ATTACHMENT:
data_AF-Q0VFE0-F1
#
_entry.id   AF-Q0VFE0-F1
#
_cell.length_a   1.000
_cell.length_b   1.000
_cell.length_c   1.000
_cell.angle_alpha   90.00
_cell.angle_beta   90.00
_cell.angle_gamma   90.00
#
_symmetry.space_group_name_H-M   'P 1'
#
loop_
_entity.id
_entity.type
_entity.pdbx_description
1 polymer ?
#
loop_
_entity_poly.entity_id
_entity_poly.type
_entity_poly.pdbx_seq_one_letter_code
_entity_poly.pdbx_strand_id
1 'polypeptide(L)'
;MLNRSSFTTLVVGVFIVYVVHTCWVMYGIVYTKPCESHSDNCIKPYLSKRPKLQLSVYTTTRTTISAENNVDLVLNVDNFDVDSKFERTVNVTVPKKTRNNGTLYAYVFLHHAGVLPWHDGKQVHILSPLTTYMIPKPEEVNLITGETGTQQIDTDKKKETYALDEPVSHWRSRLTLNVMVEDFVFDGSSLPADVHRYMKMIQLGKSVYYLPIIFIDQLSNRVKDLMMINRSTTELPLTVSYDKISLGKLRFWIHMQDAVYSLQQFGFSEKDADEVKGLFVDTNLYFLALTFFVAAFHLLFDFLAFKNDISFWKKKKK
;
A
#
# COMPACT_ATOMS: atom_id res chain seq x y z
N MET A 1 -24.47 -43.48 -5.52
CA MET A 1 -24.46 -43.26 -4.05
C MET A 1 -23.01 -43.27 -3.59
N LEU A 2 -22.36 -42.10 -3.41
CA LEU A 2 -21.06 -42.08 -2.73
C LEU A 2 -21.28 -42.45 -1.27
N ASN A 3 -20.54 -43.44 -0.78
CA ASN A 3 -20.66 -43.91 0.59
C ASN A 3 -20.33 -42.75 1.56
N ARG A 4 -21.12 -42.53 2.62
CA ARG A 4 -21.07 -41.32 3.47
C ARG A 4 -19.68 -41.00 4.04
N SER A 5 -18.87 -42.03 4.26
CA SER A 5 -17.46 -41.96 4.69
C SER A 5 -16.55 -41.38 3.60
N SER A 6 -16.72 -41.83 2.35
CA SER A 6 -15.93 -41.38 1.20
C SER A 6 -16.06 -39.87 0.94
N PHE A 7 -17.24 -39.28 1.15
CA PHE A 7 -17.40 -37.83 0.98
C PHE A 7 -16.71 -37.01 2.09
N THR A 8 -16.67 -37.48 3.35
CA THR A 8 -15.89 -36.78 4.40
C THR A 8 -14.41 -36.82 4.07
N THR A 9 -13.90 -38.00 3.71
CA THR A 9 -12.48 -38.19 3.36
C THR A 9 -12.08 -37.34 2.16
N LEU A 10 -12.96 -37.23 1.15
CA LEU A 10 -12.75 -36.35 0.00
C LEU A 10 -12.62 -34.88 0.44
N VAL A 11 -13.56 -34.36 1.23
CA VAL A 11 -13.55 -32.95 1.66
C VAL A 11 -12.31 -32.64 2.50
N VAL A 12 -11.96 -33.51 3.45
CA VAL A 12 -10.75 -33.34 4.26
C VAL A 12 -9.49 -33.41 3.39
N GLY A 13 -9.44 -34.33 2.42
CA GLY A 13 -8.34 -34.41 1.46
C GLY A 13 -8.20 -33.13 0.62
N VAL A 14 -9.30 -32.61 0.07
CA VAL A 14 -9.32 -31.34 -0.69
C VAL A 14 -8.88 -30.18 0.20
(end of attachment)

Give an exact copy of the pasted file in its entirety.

data_AF-Q0VFE0-F1
#
_entry.id   AF-Q0VFE0-F1
#
_cell.length_a   1.000
_cell.length_b   1.000
_cell.length_c   1.000
_cell.angle_alpha   90.00
_cell.angle_beta   90.00
_cell.angle_gamma   90.00
#
_symmetry.space_group_name_H-M   'P 1'
#
loop_
_entity.id
_entity.type
_entity.pdbx_description
1 polymer ?
#
loop_
_entity_poly.entity_id
_entity_poly.type
_entity_poly.pdbx_seq_one_letter_code
_entity_poly.pdbx_strand_id
1 'polypeptide(L)'
;MLNRSSFTTLVVGVFIVYVVHTCWVMYGIVYTKPCESHSDNCIKPYLSKRPKLQLSVYTTTRTTISAENNVDLVLNVDNFDVDSKFERTVNVTVPKKTRNNGTLYAYVFLHHAGVLPWHDGKQVHILSPLTTYMIPKPEEVNLITGETGTQQIDTDKKKETYALDEPVSHWRSRLTLNVMVEDFVFDGSSLPADVHRYMKMIQLGKSVYYLPIIFIDQLSNRVKDLMMINRSTTELPLTVSYDKISLGKLRFWIHMQDAVYSLQQFGFSEKDADEVKGLFVDTNLYFLALTFFVAAFHLLFDFLAFKNDISFWKKKKK
;
A
#
# COMPACT_ATOMS: atom_id res chain seq x y z
N MET A 1 -24.47 -43.48 -5.52
CA MET A 1 -24.46 -43.26 -4.05
C MET A 1 -23.01 -43.27 -3.59
N LEU A 2 -22.36 -42.10 -3.41
CA LEU A 2 -21.06 -42.08 -2.73
C LEU A 2 -21.28 -42.45 -1.27
N ASN A 3 -20.54 -43.44 -0.78
CA ASN A 3 -20.66 -43.91 0.59
C ASN A 3 -20.33 -42.75 1.56
N ARG A 4 -21.12 -42.53 2.62
CA ARG A 4 -21.07 -41.32 3.47
C ARG A 4 -19.68 -41.00 4.04
N SER A 5 -18.87 -42.03 4.26
CA SER A 5 -17.46 -41.96 4.69
C SER A 5 -16.55 -41.38 3.60
N SER A 6 -16.72 -41.83 2.35
CA SER A 6 -15.93 -41.38 1.20
C SER A 6 -16.06 -39.87 0.94
N PHE A 7 -17.24 -39.28 1.15
CA PHE A 7 -17.40 -37.83 0.98
C PHE A 7 -16.71 -37.01 2.09
N THR A 8 -16.67 -37.48 3.35
CA THR A 8 -15.89 -36.78 4.40
C THR A 8 -14.41 -36.82 4.07
N THR A 9 -13.90 -38.00 3.71
CA THR A 9 -12.48 -38.19 3.36
C THR A 9 -12.08 -37.34 2.16
N LEU A 10 -12.96 -37.23 1.15
CA LEU A 10 -12.75 -36.35 0.00
C LEU A 10 -12.62 -34.88 0.44
N VAL A 11 -13.56 -34.36 1.23
CA VAL A 11 -13.55 -32.95 1.66
C VAL A 11 -12.31 -32.64 2.50
N VAL A 12 -11.96 -33.51 3.45
CA VAL A 12 -10.75 -33.34 4.26
C VAL A 12 -9.49 -33.41 3.39
N GLY A 13 -9.44 -34.33 2.42
CA GLY A 13 -8.34 -34.41 1.46
C GLY A 13 -8.20 -33.13 0.62
N VAL A 14 -9.30 -32.61 0.07
CA VAL A 14 -9.32 -31.34 -0.69
C VAL A 14 -8.88 -30.18 0.20